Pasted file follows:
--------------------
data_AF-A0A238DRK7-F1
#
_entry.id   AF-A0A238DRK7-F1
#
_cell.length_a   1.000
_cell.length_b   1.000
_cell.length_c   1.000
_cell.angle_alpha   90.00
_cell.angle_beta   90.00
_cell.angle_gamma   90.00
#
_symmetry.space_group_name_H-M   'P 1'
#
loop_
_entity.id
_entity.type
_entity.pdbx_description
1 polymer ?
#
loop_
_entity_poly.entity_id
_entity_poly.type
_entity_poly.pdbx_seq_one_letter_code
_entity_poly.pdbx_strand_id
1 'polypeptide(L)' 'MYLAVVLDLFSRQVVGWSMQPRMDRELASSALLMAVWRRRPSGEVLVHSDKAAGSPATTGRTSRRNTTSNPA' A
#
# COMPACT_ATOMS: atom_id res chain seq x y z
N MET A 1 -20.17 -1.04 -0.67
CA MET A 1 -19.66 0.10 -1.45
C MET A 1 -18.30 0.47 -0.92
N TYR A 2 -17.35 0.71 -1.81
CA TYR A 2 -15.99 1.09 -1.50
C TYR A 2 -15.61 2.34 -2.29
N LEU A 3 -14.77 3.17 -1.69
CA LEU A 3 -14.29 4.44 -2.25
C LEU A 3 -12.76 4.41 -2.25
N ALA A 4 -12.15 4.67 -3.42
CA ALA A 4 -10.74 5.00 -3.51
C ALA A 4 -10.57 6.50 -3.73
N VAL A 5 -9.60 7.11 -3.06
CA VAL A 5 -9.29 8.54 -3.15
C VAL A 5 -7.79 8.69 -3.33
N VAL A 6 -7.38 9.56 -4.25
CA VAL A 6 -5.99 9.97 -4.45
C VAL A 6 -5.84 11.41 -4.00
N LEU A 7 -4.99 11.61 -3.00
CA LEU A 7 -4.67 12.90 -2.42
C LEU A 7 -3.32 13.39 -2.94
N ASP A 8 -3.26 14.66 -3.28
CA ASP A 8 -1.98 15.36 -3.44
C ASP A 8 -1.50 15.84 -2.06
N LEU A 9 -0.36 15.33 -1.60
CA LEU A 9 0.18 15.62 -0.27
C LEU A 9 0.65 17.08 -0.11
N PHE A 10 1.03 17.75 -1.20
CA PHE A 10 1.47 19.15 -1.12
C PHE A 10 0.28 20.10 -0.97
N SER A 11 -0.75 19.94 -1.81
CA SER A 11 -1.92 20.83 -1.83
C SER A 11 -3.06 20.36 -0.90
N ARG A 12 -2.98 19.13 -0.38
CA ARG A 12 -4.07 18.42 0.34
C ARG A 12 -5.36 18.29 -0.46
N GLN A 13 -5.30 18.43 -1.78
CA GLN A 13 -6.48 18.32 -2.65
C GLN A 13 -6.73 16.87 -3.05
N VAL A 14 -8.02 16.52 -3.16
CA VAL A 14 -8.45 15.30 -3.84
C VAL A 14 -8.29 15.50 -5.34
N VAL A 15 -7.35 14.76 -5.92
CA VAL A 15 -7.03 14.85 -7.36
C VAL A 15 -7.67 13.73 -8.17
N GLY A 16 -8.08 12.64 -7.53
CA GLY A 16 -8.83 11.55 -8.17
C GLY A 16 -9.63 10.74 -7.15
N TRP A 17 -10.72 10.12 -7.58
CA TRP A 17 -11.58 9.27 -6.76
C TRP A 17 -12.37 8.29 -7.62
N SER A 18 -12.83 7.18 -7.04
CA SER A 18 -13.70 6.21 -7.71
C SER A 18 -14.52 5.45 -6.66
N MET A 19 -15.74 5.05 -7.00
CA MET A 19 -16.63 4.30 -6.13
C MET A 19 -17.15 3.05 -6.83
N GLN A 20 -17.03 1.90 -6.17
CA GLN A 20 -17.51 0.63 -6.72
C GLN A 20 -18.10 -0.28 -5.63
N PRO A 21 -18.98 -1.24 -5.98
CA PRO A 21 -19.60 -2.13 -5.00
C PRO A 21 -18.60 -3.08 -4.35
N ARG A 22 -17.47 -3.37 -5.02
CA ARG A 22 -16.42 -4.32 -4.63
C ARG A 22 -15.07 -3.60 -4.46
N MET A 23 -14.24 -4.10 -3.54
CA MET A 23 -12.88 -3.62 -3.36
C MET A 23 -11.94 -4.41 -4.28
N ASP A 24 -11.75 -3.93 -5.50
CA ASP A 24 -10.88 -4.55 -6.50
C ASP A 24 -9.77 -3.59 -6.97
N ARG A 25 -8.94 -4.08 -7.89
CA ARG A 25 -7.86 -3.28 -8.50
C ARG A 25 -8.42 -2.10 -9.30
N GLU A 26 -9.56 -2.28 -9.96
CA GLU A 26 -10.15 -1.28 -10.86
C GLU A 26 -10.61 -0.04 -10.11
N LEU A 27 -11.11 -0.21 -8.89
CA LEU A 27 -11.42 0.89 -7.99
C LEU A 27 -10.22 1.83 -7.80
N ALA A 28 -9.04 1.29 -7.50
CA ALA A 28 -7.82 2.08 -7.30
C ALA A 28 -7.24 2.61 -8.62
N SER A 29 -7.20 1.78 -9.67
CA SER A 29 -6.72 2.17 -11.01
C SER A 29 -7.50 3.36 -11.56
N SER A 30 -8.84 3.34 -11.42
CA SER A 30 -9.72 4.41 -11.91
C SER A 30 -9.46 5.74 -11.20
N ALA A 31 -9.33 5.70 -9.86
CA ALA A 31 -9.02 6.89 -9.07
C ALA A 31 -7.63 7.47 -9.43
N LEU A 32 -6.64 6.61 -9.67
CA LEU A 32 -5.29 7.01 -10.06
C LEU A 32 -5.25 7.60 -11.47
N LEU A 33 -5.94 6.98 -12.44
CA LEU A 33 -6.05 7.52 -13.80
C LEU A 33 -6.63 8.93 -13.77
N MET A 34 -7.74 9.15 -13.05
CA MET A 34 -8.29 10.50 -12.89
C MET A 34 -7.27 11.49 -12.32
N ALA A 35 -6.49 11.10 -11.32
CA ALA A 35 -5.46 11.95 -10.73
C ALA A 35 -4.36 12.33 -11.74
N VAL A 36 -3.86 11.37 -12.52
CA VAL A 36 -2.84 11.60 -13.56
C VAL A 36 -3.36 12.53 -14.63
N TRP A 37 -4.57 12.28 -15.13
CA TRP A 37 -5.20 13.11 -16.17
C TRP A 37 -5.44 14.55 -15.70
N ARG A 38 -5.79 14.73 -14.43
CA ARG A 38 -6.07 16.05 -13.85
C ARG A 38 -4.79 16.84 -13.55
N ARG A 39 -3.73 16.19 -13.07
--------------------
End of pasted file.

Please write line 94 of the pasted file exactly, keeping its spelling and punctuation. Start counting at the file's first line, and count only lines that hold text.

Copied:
N MET A 23 -14.24 -4.10 -3.54